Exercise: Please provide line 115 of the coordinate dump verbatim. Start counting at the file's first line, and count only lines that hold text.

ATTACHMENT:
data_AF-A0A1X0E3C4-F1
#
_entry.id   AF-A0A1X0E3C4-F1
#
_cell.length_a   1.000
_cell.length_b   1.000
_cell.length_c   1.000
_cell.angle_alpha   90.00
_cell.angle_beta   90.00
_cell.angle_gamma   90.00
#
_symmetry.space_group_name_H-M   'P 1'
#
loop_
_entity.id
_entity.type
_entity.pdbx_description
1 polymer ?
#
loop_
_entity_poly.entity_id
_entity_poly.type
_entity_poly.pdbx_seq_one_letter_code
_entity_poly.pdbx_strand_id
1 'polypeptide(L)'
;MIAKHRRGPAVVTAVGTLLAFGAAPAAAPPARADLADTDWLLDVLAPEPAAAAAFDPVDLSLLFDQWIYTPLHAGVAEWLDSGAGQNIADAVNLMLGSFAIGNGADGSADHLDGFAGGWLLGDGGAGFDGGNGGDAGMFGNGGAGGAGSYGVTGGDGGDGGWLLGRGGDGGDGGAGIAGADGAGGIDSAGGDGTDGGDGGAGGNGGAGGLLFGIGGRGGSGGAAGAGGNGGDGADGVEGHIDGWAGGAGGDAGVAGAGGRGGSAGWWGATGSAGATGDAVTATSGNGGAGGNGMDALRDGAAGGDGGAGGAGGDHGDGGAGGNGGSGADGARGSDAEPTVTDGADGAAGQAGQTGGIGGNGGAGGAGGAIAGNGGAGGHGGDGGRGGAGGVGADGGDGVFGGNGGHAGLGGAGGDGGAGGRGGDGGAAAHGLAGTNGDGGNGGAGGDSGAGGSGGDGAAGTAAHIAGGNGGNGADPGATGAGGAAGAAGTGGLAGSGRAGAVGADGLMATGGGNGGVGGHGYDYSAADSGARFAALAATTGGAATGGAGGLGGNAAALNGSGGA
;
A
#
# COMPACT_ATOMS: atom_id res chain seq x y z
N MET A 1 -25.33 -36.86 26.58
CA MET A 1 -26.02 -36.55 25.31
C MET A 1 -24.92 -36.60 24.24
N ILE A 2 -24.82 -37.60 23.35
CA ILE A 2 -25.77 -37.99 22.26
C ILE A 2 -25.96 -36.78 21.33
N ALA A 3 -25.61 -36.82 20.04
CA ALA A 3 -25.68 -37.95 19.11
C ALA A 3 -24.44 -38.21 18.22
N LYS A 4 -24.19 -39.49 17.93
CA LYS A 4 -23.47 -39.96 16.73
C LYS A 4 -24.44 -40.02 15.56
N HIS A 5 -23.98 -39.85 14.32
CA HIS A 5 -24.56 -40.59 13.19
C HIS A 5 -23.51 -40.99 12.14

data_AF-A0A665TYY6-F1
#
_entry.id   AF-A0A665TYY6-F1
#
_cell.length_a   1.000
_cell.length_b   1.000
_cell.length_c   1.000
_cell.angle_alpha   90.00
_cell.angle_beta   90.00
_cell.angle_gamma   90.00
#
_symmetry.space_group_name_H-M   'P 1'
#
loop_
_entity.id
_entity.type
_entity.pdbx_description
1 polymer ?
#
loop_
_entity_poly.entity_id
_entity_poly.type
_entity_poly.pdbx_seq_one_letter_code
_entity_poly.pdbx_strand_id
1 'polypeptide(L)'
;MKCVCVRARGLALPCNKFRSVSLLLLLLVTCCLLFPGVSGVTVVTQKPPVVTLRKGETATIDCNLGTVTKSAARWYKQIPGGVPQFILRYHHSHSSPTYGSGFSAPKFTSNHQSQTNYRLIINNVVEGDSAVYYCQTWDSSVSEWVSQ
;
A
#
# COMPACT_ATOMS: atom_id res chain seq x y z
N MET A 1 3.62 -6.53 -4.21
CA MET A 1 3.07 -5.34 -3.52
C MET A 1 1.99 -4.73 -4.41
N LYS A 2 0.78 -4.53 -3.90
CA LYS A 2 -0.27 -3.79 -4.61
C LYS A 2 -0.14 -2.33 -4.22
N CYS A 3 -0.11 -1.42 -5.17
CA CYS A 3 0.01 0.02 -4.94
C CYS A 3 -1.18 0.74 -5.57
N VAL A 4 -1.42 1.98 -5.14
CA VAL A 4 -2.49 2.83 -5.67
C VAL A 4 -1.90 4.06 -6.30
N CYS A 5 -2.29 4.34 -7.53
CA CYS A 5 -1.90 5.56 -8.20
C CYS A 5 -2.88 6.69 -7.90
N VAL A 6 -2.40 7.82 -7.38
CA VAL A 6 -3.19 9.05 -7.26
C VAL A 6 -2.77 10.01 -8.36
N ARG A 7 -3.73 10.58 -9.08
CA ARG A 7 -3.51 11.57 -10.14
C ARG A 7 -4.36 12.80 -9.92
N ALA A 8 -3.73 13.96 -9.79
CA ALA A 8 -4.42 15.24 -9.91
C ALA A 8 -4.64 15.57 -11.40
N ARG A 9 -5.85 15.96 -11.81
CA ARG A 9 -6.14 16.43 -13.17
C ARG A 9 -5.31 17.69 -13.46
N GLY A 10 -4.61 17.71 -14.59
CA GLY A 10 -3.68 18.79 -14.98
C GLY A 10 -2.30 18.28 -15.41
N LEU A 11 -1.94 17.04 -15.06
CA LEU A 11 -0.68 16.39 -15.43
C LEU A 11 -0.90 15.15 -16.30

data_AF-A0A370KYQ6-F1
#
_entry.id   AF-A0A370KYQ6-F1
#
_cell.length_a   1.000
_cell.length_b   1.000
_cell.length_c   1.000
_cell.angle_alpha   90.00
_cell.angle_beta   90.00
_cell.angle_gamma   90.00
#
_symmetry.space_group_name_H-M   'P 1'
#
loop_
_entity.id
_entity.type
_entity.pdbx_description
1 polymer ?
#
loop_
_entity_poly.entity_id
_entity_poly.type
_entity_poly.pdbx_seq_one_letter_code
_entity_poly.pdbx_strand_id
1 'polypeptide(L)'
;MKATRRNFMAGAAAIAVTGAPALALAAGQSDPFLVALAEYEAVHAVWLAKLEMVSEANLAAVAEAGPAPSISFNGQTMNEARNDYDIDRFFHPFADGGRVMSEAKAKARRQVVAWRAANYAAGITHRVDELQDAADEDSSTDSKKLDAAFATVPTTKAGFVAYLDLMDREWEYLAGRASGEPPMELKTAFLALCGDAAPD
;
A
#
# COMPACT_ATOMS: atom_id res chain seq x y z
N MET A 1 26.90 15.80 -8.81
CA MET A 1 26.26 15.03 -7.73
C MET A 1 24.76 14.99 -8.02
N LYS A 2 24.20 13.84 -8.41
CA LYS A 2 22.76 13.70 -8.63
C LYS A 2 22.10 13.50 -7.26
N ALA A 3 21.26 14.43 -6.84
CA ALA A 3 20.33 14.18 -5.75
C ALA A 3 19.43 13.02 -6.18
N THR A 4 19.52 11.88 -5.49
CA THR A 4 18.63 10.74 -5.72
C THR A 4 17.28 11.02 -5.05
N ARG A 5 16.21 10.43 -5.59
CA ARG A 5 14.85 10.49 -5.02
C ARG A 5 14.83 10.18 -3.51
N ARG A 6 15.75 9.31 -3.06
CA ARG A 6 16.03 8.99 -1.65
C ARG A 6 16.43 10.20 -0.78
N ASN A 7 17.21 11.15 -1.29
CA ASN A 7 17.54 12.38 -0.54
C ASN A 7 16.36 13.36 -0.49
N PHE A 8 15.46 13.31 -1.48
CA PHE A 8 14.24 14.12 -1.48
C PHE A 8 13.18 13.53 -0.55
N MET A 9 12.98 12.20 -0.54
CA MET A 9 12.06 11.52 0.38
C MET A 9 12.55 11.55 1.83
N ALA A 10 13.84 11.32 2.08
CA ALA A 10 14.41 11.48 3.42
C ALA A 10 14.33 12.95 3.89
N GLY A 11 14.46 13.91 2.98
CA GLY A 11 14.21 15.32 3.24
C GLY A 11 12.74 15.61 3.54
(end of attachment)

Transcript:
_cell.length_c   1.000